I have heard it said numerous times, by friends and authors, that Buddhism should be considered as separate from the major world religions, as it is more of a way of life or philosophy than it is a religion.
Having perused some of the secondary Buddhist literature and attended some of the Buddhist groups here in Vancouver, B.C., I can testify to the fact that there is a contingent of modern day theorists and practitioners that seem to approach Buddhism as if it were only a set of meditation practices or a simple set of moral principles. Indeed, Buddhism has an extensive range of teachings on the philosophy and practice of meditation and does inculcate many practical philosophical and moral teachings, many of which can be found in the Dhammapada.
But there is also a mystical aspect of the Buddhist canon—timeless teachings that, when compared to the equally timeless claims and teachings of the other major world religions, compel the reader of just mind to include Buddhism within that lineage of major world religions.
I’d like to briefly touch upon three of these seemingly eternal, mystic principles, and these are as follows: Infallible knowledge of the universe; the existence of God, and the existence of an afterlife.
Infallible Knowledge of the Universe
The Buddha has been credited with the following claim:
From time to time a Tathagata is born into the world, a fully Enlightened One, blessed and worthy, abounding in wisdom and goodness, happy, with knowledge of the world, unsurpassed as a guide to erring mortals, a teacher of gods and men, a Blessed Buddha. He, by himself, thoroughly understands, and sees, as it were, face to face this universe. (Momen, 1995)
To summarize the words above, the Buddha has claimed to be “a fully Enlightened One” who possesses knowledge of the world and the universe that is “unsurpassed” by “gods and men”. It is claimed that it is “[the Buddha], by himself, [who] thoroughly understands, and sees” this world and this universe.
The Gospel of Buddha, the renowned and highly acclaimed translation of Buddhist texts by Paul Carus (1915), inculcates the Buddha’s claim of being the Enlightened One, and of being the revealer of the Dharma, the truth, the sacred law, and the religion (XII, V6-7).
This claim of the Buddha—that of being a source of a perfect and transcendent knowledge for humanity—is one that is shared by Jesus, Muhammad, Bahá’u’lláh, and all the other Founders of the world’s major religions.
The Buddha has said, “I am the Lord’s own son, born of his mouth…[exalted by] an Absolute” (Rosen, 2010, p. 228).
The Buddha repeatedly claimed to be a “teacher of gods and men” (Momen, 1995). We know that the Buddha’s life and times were steeped in the Hindu religion, which clearly teaches that there is one God above all men, above all other gods—one God above all beings—one God of the universe (Parrinder, 1996, p. 57). Logically, if there is one God above all other gods, and the Buddha is the teacher of gods and men, it follows that the Buddha must have been an Emissary of the one true God.
Perhaps Harold Rosen (2010, p. 222) explains it best when he writes the following:
It is true that Buddha considered theological speculation to be unedifying, and taught that the character of unconditioned nirvana could not be delineated without misrepresenting it. However, there are many indications that Buddha affirmed an impersonal, transcendent reality beyond the gods—an Unconditioned Absolute out of which the conditioned universe continually arises.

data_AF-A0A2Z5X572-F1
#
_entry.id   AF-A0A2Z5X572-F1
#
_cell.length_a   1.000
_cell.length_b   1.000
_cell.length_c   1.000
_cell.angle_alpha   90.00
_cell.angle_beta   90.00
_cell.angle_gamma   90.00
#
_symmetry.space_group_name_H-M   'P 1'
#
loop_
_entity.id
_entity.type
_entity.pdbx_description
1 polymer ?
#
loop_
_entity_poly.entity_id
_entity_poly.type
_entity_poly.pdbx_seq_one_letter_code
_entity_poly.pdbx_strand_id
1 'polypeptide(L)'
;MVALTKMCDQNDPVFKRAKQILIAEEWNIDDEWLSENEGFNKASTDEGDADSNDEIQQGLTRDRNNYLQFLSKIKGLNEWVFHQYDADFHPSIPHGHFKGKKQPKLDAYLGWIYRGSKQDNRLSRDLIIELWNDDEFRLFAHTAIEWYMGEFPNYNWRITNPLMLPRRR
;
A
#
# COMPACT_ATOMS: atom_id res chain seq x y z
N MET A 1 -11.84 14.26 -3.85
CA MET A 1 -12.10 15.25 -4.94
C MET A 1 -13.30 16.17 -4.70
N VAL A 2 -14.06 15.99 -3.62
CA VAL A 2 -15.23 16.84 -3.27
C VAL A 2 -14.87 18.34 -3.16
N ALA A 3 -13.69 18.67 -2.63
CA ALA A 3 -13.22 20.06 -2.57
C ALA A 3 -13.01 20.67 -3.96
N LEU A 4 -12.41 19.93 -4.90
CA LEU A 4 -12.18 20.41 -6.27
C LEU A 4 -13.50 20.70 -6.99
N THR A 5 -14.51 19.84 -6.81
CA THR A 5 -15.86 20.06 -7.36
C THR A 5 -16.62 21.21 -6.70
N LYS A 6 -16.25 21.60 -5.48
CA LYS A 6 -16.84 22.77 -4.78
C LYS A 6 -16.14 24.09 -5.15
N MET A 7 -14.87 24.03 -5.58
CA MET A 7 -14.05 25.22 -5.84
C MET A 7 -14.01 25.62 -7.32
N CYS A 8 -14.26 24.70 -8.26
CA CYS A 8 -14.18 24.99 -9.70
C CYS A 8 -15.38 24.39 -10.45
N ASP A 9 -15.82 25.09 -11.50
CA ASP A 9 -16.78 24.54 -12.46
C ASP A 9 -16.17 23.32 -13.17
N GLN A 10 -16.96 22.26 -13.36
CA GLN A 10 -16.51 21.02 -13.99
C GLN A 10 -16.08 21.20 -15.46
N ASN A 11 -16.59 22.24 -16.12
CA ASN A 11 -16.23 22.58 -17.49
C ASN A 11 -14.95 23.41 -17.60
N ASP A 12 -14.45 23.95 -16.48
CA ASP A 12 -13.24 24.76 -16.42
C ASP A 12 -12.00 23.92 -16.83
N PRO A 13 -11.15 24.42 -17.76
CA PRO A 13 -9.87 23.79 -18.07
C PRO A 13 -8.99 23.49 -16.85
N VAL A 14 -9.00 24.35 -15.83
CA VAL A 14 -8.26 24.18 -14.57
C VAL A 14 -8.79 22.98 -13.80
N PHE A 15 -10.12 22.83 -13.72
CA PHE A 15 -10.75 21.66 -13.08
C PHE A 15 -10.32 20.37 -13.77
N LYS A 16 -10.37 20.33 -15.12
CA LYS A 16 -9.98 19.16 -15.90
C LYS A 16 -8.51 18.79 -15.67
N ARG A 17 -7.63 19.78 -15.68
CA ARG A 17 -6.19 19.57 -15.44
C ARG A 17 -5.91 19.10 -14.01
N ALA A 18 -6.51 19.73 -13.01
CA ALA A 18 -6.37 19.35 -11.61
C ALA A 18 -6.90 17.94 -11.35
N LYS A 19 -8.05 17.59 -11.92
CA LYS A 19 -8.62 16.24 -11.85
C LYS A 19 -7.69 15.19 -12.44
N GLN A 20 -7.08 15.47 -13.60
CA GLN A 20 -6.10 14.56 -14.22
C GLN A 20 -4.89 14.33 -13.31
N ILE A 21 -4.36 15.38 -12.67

The Existence of an Afterlife
The Buddhist canon makes reference to realms beyond this physical existence, realms beyond physical death. For example, Momen (1995) credits the Buddha with saying, “The messengers of death are waiting. You are going to travel far away. Have you any provision for the journey?” and, “the wise man rejoices in giving, and thereby becomes happy in the realms above.”
Like Christ, Buddha has taught that “by faith you shall be free and go beyond the realm of death.” Although the Buddha did not encourage the individual to formulate images of him or herself in heaven, He did speak of the importance of virtue and faith in attaining to the “bliss of a life immortal” (Carus, 1915), a life beyond earthly rebirth. Rosen (2010, p. 222) explains, “…much of [the Buddha’s] description of nirvana can be viewed as affirming the divine realm…” and “much of what [the Buddha] affirmed about Himself implies a realm from which He drew His powers and wisdom, and toward which He directed humanity.”
The Buddha claimed to have knowledge of the universe that transcended the knowledge of gods and men—religious and/or scientific knowledge, for example—Buddha was an Emissary beyond the “lesser gods” and men. He spoke of the existence of an Unconditioned Absolute—the Source of His knowledge, which shares similar characteristics to the concept of an impersonal (that is, non-corporeal) God. Finally, the Buddha alluded to the existence of a life to follow earthly, physical existence.
In my opinion, these are three concepts that highlight the mystical nature of Buddhism, and firmly establish its place among the world’s major religions.
============================ References ============================
Carus, P. (1915). The Gospel of Buddha. Chicago and La Salle: Open Court.
Momen, M. (1995). Buddhism and the Baha’i’ Faith. Oxford: George Ronald.
Parrinder, G. (1996). The Bhagavad Gita: A verse translation. Oxford: Oneworld.
Rosen, H. (2010). Founders of faith: The parallel lives of God’s Messengers. Wilmette, Illinois: Baha’i’ Publishing.